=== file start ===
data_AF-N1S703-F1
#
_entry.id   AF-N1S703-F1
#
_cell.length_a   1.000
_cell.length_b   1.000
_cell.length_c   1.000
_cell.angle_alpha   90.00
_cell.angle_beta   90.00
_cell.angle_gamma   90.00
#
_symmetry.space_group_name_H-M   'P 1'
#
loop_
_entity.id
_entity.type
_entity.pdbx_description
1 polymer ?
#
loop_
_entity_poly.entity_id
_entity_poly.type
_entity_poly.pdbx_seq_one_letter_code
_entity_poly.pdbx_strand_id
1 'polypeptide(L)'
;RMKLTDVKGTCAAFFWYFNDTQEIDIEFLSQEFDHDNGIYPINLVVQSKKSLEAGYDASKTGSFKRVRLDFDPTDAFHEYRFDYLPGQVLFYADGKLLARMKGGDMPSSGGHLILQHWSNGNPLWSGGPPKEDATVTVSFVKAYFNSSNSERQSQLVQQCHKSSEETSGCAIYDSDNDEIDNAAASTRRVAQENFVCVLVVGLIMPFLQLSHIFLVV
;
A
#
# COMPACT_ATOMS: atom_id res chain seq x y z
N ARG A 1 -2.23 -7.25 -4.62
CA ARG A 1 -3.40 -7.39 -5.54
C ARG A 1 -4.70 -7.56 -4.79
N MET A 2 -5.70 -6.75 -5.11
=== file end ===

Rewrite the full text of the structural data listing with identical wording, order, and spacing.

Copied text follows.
data_AF-N1S703-F1
#
_entry.id   AF-N1S703-F1
#
_cell.length_a   1.000
_cell.length_b   1.000
_cell.length_c   1.000
_cell.angle_alpha   90.00
_cell.angle_beta   90.00
_cell.angle_gamma   90.00
#
_symmetry.space_group_name_H-M   'P 1'
#
loop_
_entity.id
_entity.type
_entity.pdbx_description
1 polymer ?
#
loop_
_entity_poly.entity_id
_entity_poly.type
_entity_poly.pdbx_seq_one_letter_code
_entity_poly.pdbx_strand_id
1 'polypeptide(L)'
;RMKLTDVKGTCAAFFWYFNDTQEIDIEFLSQEFDHDNGIYPINLVVQSKKSLEAGYDASKTGSFKRVRLDFDPTDAFHEYRFDYLPGQVLFYADGKLLARMKGGDMPSSGGHLILQHWSNGNPLWSGGPPKEDATVTVSFVKAYFNSSNSERQSQLVQQCHKSSEETSGCAIYDSDNDEIDNAAASTRRVAQENFVCVLVVGLIMPFLQLSHIFLVV
;
A
#
# COMPACT_ATOMS: atom_id res chain seq x y z
N ARG A 1 -2.23 -7.25 -4.62
CA ARG A 1 -3.40 -7.39 -5.54
C ARG A 1 -4.70 -7.56 -4.79
N MET A 2 -5.70 -6.75 -5.11